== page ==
Almost two weeks ago, we wrote about AMD pricing.
Let’s see what’s happened to the low U.S. Pricewatch price for the lower end of AMD’s Hammer line since then:
|Sempron 3100: 130nm|
|Athlon 2800: 130nm|
|Athlon 3000: 130nm|
|Athlon 3000: 90nm|
|Athlon 3200: 130nm|
|Athlon 3200: 90nm|
|Athlon 3400: 130nm|
|Athlon 3500: 130nm|
|Athlon 3500: 90nm|
Prices have generally remained even, with a few significant drops.
What is intriguing is that while there are signs that prices are slipping a bit for retail Athlon 64s, the real price volatility is showing up at the OEM level, and most of that is occurring in one retailer: Monarch Computer.
If you compare OEM to retail prices there, you’ll see huge gaps in pricing. Retail chips cost $30, $40, $45, even $65 more than OEM chips.
In comparison, if you look at Newegg’s prices, the price gap is usually in the $10-20 range, which is about what you’d expect. What is more interesting is that most of the reduction is due to Newegg charging less for retail chips than Monarch (with the remainder being a bit higher prices for the OEMs)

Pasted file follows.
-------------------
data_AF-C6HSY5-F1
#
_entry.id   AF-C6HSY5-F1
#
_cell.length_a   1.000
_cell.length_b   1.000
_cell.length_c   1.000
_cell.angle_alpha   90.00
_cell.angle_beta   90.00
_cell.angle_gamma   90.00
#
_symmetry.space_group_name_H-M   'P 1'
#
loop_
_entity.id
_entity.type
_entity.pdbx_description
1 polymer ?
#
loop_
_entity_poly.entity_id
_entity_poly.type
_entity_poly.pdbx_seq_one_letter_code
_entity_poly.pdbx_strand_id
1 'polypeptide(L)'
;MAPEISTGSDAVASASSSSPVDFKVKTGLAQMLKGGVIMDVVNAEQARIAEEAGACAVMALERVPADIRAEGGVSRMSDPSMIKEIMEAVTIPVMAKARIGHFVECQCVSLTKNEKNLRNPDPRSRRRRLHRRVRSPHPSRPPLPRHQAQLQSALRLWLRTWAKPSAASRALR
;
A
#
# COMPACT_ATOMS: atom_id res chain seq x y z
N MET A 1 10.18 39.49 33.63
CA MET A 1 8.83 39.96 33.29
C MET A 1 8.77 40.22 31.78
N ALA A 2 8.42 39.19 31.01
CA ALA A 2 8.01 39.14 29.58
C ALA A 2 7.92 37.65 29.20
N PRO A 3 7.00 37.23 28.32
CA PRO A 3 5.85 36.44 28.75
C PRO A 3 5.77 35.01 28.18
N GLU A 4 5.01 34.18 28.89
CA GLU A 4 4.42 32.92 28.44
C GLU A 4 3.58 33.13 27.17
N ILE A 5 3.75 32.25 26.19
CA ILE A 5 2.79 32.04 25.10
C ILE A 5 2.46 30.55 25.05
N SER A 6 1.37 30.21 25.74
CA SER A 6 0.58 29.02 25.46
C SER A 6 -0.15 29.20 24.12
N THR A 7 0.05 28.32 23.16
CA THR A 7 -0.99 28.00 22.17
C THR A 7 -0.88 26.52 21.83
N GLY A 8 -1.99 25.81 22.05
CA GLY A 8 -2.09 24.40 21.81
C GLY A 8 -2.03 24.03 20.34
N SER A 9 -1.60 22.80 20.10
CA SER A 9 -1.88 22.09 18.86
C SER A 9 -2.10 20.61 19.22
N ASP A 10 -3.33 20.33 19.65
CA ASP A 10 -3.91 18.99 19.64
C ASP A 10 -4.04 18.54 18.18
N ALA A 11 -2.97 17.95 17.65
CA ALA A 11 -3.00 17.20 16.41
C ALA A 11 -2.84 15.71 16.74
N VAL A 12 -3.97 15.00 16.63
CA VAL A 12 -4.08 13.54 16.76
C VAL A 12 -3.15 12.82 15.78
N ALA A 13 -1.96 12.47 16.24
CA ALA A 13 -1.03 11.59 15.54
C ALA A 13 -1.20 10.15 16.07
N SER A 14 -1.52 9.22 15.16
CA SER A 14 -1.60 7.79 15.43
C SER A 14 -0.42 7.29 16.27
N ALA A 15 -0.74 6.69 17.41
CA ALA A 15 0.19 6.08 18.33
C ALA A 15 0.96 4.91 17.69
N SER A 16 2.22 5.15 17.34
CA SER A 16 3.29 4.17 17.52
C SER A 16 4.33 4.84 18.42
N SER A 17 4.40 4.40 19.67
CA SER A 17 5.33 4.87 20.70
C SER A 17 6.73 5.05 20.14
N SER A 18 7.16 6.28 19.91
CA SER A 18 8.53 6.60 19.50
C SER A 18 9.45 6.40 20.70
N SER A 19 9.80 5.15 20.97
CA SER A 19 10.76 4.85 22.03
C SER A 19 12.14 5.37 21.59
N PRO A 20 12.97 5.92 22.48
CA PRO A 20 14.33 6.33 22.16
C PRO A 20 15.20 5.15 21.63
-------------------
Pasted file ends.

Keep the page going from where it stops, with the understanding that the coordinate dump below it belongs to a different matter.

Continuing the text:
Is Monarch getting CPUs from the gray market, most likely from real OEMs shedding excess chippage? It would appear that way.
From the consumer’s standpoint, there’s nothing wrong with that, but what does that say about OEM sales, especially in light of reports that CPU sales in general are weak.
On the whole, AMD’s prices on the lower half of the A64 spectrum are now about 10-20% less than the official retail price, with the percentage off going up as you head downward.
In contrast, Intel prices seem to be holding close to official pricing.
What Does This Mean?
To be honest, I don’t know. 🙂 Will others join this bandwagon? Is AMD simply responding to under-the-radar moves by Intel among the OEMs? We’ll just have to keep watching.